Piedmont's Roberto Bava was so frustrated by his fellow winemakers complaining about their economic troubles that he hired a Boeing 737 and flew them all to Vinexpo for the day.

The highly-respected producer said the wine world is indeed having difficulties, but he found it difficult to persuade his colleagues it was worth taking a stand at the Bordeaux trade fair.

‘The world of wine is suffering a bit, the market’s difficult, and Barolo and Barbaresco producers are suffering nearly as much as they are in Bordeaux. But if you have troubles you shouldn’t close the door – they’ll still be there when you come out,’ he said.

So Bava paid 45,000 euros for a plane and filled it with producers, journalists, various consorzi, the Asti chamber of commerce, the president of the local bank, and an assortment of other wine professionals.

About 120 people flew into Bordeaux early yesterday having been served reportedly delicious Alta Langa sparkling wine, chocolate (Bava is a chocolate connoisseur), real Piedmontese nougat and a copy of La Stampa – the local edition with their story in it.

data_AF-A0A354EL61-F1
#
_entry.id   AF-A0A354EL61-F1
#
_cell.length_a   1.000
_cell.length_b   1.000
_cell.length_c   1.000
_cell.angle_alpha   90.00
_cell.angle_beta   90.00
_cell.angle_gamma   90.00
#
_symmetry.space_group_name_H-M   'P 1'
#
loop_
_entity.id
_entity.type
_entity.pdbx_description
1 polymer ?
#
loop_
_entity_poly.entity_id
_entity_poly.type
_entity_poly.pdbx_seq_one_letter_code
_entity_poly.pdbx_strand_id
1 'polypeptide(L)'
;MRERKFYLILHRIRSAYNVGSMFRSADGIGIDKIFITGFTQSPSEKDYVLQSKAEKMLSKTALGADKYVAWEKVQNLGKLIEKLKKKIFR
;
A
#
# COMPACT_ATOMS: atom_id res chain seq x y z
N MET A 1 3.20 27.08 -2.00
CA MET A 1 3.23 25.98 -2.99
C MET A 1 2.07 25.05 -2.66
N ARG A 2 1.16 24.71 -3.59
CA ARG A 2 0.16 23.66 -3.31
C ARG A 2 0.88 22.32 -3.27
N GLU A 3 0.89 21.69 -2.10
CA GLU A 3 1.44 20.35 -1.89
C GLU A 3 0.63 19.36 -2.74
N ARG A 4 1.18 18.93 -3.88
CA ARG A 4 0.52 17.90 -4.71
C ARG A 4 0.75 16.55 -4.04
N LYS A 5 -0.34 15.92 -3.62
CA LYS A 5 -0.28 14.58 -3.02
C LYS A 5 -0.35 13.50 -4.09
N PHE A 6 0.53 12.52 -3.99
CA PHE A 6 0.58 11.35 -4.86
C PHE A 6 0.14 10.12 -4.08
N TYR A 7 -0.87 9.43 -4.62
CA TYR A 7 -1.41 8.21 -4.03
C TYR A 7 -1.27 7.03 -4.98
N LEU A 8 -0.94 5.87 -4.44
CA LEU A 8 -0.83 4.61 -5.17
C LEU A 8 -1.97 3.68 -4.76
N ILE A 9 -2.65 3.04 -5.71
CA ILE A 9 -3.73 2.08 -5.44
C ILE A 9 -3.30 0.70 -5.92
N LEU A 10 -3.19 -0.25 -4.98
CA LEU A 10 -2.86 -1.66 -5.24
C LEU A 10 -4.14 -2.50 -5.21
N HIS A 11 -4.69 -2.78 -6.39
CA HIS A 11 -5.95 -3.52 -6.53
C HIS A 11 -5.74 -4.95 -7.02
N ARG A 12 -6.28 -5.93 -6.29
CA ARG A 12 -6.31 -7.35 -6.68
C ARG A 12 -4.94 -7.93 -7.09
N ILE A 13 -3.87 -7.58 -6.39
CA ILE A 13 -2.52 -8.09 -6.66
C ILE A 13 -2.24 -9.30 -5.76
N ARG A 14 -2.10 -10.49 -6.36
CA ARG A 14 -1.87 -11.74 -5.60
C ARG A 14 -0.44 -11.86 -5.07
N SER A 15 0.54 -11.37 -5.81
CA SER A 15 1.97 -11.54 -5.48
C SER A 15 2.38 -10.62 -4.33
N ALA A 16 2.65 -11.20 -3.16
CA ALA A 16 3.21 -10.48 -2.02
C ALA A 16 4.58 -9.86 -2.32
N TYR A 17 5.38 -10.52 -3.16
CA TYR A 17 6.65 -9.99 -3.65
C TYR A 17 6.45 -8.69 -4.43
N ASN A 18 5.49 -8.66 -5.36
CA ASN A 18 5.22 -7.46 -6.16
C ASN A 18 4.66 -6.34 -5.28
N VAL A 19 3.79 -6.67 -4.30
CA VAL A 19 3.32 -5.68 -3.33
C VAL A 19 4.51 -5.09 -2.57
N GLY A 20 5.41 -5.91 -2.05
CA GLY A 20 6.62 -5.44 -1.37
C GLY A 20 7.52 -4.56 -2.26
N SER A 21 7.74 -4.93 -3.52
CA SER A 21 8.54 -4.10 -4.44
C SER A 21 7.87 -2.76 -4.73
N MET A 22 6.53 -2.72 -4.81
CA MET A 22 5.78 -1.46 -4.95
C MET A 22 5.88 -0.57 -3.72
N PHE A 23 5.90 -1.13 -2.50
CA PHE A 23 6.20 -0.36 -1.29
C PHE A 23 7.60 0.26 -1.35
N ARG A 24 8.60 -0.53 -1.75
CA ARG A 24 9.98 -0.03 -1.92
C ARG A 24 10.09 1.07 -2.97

They also brought in a good supply of salami and fresh bread for Bava’s lunch.

‘It was complicated, because once you’ve chartered a 737 you have to fill it. But that was no problem in the end, and they all had a good time,’ the producer said.

Sergio Miravelle, the La Stampa wine correspondent (also responsible for the salami) said it was a very valuable day. He added his editor wouldn’t have let him come if he hadn’t been given Piedmontese sparkling wine on the plane.

Bava, who is head of his local branch of Confindustria, a trade grouping, said it was essential that producers come to Vinexpo.

‘You can’t quantify how useful it is to spend four or five hours meeting other wine professionals who are all in the same situation,’ he said.

One month ago, the main Italian wine trade body, the ICE (Istituto per il Commercio con l’Estero), announced that is was pulling out of Vinexpo. The ICE said it was cancelling its participation due to its small, fragmented exhibition area which ‘would not present the right image’.

Written by Adam Lechmere in Bordeaux